Using Disney nomenclature, Walt called the public realm “onstage” where Appearance and Atmosphere would create a seamless show. Hidden “backstage” are the utilitarian functions, away from the guests.

Gruen was frustrated by the lack of progress in the development of new public transportation technologies. He commented that millions of people go to Disneyland to ride a monorail that is being promoted as the transportation system of the future but the technology had been around since the 1890s. Solving the mobility problem is where Walt would make major improvements upon Gruen’s design. Transportation systems are one of Walt’s passions and specialties. For EPCOT, he proposed to use monorails, PeopleMovers, and electric vehicles to move people around.


How we move people and goods around has a huge influence on the design and function of our cities. A vibrant urban space must have the right balance between pedestrian spaces, buildings, private open spaces, access, and the appropriate transportation systems. Many downtowns suffer because the balance is out of whack and too much land is given over to the private automobile and not enough land is dedicated to people.

Gruen’s solution was to align transportation technologies along a scale of gradation of movement. At each increment, there are certain transportation systems that can enhance the pedestrian experience or make you feel miserable. If the match is done right, the environment will “promise comfort, convenience, and calculated visual pleasure.” You will enjoy a positive experience. If the match is not right, the environment will feel unsafe and you will be on edge. You might say it is the difference between walking in a theme park and walking through the parking lot on the way to the theme park.

In reviewing drawings of EPCOT, I used Gruen’s scale of gradation of movement and I learned a great deal about what life in the city would have been like. In Gruen’s book, he provides many suggestions on how to mix uses, preserve the integrity of the public realm, and hide the vital services that keep the community alive.

Another breakthrough in my research came when I interviewed Harrison “Buzz” Price. Buzz worked on feasibility studies for the project. He was able to provide firsthand confirmation on project details and the application of these urban design principles.


Buzz said it all begins at the center. At the heart of EPCOT would be a world-class resort hotel with conference facilities combined with the transportation center. This combination would create a critical mass of activity that would energize the edge uses.


Starting from the hotel and transportation center, and radiating out toward the edge, is what Gruen calls a Pedshed. A Pedshed is the “desirable walking distance” that a lazy walker, on a one-purpose trip without interruption, will walk. If the walker can sit, shop or eat, it distracts them and they can go longer distances. The length of a Pedshed is determined by Appearance and Atmosphere, as well as climate and topography.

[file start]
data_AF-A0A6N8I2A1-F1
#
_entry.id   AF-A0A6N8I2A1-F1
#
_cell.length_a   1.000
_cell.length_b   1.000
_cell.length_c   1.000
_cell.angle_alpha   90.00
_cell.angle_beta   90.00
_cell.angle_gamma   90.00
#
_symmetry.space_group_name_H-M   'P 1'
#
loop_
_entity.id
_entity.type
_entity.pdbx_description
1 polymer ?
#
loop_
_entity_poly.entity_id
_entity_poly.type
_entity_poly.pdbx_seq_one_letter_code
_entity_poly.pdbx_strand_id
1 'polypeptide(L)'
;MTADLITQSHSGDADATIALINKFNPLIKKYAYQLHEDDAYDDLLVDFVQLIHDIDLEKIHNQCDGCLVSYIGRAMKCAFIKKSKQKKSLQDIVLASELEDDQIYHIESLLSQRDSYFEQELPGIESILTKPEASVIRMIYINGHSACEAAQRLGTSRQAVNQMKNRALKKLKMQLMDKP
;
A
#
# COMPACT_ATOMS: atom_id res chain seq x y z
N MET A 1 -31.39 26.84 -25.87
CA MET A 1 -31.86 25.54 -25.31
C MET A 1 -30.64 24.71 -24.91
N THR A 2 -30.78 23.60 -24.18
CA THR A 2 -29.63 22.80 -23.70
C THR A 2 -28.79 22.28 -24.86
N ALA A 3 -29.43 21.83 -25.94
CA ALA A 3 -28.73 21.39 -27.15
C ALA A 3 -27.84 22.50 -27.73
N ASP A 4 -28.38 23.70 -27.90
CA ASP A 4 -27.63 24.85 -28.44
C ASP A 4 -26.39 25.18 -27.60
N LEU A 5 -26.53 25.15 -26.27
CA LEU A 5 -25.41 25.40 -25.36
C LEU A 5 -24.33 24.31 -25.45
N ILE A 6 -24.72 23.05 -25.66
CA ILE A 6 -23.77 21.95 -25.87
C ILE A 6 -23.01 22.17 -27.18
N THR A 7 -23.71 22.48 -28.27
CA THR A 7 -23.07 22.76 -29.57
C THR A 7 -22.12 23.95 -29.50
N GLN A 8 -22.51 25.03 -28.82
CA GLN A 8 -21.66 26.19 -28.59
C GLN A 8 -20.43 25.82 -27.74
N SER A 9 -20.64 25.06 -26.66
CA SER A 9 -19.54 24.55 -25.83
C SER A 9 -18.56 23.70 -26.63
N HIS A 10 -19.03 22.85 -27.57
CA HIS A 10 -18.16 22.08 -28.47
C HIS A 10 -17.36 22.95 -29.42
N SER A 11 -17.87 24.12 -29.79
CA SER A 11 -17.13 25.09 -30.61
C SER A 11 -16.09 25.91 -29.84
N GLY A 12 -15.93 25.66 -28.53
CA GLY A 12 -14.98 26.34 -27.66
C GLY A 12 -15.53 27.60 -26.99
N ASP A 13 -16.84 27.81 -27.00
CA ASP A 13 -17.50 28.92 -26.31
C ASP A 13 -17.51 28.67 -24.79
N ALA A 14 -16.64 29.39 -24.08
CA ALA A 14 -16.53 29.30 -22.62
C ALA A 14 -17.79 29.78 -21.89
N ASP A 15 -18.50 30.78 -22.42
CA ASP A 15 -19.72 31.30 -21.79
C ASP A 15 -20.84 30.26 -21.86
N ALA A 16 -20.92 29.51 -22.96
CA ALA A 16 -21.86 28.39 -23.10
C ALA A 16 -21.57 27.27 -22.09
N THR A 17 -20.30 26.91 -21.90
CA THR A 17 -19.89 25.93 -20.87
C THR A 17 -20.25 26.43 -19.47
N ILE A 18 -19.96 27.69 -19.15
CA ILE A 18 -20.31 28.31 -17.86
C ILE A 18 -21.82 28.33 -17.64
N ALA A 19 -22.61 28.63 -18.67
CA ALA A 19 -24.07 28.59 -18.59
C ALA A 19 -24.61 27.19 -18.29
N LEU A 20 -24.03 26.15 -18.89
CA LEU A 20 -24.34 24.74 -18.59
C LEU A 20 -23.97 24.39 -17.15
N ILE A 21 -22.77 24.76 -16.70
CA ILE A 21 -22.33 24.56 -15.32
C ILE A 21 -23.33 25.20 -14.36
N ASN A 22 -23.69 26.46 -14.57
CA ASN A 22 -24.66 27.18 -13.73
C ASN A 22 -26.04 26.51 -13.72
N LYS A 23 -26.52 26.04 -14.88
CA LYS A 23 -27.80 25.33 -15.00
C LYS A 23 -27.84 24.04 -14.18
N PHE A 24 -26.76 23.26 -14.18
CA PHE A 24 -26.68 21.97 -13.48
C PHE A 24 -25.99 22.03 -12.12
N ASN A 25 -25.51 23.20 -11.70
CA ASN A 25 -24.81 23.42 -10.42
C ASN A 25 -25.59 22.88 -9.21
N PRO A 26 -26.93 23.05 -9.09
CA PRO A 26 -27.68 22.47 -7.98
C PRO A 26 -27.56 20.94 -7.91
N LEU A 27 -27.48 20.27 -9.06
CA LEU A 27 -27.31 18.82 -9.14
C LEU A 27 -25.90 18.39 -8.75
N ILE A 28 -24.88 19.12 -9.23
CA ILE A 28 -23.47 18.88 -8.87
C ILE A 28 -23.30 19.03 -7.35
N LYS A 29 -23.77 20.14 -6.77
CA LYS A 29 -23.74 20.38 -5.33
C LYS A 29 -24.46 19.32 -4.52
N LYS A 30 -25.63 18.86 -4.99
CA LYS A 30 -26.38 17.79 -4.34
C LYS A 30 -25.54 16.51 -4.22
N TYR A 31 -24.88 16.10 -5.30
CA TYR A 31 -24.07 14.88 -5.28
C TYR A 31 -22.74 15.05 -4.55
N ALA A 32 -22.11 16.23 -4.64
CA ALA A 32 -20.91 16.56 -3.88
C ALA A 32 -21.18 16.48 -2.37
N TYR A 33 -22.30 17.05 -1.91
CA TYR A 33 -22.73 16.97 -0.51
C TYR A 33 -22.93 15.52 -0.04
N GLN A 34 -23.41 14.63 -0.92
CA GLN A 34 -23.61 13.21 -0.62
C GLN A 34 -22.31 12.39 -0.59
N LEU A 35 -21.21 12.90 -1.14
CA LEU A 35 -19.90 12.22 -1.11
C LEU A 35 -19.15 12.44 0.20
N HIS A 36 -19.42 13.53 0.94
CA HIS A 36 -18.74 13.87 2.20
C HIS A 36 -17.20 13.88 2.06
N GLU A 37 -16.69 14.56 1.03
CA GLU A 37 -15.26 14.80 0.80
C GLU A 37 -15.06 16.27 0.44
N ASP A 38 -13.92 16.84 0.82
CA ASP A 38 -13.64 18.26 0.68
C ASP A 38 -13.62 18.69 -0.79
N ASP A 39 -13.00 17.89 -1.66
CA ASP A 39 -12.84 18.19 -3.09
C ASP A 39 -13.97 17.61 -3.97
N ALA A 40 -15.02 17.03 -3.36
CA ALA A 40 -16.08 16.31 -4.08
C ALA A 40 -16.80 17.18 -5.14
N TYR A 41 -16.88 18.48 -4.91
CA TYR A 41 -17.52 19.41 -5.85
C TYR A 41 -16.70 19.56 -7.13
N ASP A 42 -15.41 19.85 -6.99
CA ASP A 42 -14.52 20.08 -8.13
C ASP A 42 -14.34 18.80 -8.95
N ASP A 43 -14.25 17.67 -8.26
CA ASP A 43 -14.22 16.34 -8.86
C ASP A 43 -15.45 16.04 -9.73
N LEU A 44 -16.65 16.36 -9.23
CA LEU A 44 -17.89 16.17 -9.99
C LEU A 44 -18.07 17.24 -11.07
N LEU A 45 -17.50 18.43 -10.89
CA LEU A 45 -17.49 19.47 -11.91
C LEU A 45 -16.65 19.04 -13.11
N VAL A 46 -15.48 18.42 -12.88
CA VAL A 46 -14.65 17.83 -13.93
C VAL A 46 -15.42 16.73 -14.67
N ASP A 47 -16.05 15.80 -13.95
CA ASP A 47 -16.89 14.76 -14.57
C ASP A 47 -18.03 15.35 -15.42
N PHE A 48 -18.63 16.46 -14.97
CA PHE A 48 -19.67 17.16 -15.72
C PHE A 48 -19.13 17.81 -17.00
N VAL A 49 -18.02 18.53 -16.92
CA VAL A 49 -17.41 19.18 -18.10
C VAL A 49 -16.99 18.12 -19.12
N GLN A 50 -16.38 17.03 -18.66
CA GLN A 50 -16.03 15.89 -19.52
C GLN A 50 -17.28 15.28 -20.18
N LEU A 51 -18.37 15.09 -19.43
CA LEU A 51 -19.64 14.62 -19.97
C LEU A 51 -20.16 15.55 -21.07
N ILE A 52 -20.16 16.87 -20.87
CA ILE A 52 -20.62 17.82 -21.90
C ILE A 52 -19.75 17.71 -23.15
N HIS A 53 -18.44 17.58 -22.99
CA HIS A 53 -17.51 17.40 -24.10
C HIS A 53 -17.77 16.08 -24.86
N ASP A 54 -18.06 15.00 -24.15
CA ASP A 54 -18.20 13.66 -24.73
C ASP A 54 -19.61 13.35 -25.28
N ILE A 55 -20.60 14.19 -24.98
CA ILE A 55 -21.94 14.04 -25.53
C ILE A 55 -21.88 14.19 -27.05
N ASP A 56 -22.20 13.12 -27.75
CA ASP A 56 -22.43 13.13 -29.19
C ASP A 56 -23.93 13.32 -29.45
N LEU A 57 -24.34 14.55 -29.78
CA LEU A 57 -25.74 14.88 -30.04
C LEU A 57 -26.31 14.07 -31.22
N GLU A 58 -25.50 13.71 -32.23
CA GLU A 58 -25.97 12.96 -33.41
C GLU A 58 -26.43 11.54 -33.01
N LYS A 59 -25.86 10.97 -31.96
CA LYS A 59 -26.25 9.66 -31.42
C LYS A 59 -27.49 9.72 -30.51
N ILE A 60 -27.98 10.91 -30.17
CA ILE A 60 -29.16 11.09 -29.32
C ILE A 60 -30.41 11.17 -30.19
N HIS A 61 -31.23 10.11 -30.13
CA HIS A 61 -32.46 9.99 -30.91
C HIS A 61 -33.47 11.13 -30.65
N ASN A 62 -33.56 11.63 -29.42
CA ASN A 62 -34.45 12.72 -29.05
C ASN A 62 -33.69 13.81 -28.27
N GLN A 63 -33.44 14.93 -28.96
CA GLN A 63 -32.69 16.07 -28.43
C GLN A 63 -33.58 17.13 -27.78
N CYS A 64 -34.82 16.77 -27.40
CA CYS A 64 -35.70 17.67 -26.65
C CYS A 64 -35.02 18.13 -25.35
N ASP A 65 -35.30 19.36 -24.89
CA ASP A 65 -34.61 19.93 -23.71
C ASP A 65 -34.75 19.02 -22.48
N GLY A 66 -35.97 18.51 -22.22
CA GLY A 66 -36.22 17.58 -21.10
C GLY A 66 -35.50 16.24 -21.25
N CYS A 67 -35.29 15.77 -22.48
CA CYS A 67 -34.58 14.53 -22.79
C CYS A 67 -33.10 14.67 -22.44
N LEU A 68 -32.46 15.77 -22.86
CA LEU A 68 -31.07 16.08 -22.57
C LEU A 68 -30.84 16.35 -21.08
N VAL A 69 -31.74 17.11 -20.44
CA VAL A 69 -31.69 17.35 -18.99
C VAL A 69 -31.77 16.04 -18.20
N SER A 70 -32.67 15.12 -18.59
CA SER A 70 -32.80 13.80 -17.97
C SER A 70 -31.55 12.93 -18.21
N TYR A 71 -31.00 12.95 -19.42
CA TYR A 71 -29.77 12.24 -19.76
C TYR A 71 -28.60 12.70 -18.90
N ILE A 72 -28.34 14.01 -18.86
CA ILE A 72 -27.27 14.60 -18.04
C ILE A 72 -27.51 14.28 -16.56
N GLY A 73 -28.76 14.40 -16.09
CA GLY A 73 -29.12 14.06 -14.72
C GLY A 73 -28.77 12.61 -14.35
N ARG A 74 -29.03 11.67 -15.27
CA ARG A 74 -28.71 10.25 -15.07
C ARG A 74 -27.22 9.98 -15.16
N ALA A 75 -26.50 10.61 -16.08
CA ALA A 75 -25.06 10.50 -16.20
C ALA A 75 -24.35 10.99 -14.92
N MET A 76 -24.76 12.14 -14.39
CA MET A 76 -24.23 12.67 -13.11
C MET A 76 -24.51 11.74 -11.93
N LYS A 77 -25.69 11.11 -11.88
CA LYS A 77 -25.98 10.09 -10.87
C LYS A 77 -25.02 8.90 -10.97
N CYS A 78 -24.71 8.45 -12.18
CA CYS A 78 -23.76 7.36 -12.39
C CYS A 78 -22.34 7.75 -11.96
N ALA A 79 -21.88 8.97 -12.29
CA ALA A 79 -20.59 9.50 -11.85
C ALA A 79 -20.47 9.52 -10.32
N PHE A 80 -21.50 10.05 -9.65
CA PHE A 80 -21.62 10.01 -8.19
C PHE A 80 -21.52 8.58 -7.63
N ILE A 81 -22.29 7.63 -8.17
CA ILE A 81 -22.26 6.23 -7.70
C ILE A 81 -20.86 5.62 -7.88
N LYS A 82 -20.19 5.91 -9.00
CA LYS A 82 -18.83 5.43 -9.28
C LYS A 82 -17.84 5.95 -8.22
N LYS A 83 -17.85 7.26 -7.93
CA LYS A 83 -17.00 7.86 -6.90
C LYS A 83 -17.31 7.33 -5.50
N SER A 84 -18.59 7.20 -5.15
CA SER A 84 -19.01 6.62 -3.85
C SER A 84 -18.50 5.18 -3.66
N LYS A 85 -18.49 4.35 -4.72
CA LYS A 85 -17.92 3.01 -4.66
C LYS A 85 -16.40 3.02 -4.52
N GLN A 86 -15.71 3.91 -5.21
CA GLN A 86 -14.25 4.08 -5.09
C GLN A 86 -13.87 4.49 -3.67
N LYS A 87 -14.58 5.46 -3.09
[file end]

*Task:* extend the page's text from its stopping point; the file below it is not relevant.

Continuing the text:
EPCOT would have a large Pedshed because of the highly attractive and completely weather-protected environment. A typical guest would easily walk up to one mile or 20 minutes with these conditions. Imagine a network of storefronts like New Orleans Square in Disneyland or the international pavilions at Epcot under one roof to distract the guests.

The theme parks are within the next gradient of the scale. A guest will walk up to a half-mile or ten minutes if you provide a highly attractive environment where the sidewalks are protected from sunshine and rain.


Next, we have the conditions found in many cities. If the central business district is attractive but not protected from the weather and people are exposed to the elements this limits the desirable walking range to less than a quarter of a mile or five minutes of walking. Degrade the environment even further with unattractive spaces like parking lots, garages, or a traffic-congested street, and you limit your range to only 600 feet or two minutes of walking.

Within the Pedshed, Gruen suggested slow moving people carriers like moving sidewalks. Walt’s solution to extend the Pedshed at Disneyland and enhance the guest experience was to use horse-trolleys, fire trucks, the omnibus, and other vehicles.

The common perception was EPCOT would be a city under a dome. This seemed very ambitious and would be very expensive. According to Buzz Price, the actual architecture was going to be much more conventional and predictable. At the center, the transportation center and hotel would be connected to the themed retail and dining districts by a covered pedestrian boulevard. Each highly detailed facade disguises an ordinary industrial building. Once again, think of New Orleans Square in Disneyland.

Once guests pass through the retail areas they will come to another pedestrian boulevard, which connects to the high-density residential apartments. The apartments are typical structures but residents would have been given a choice of views. They could look down at the indoor pedestrian boulevard or outside to a greenbelt that separates the central city from the low-density neighborhoods.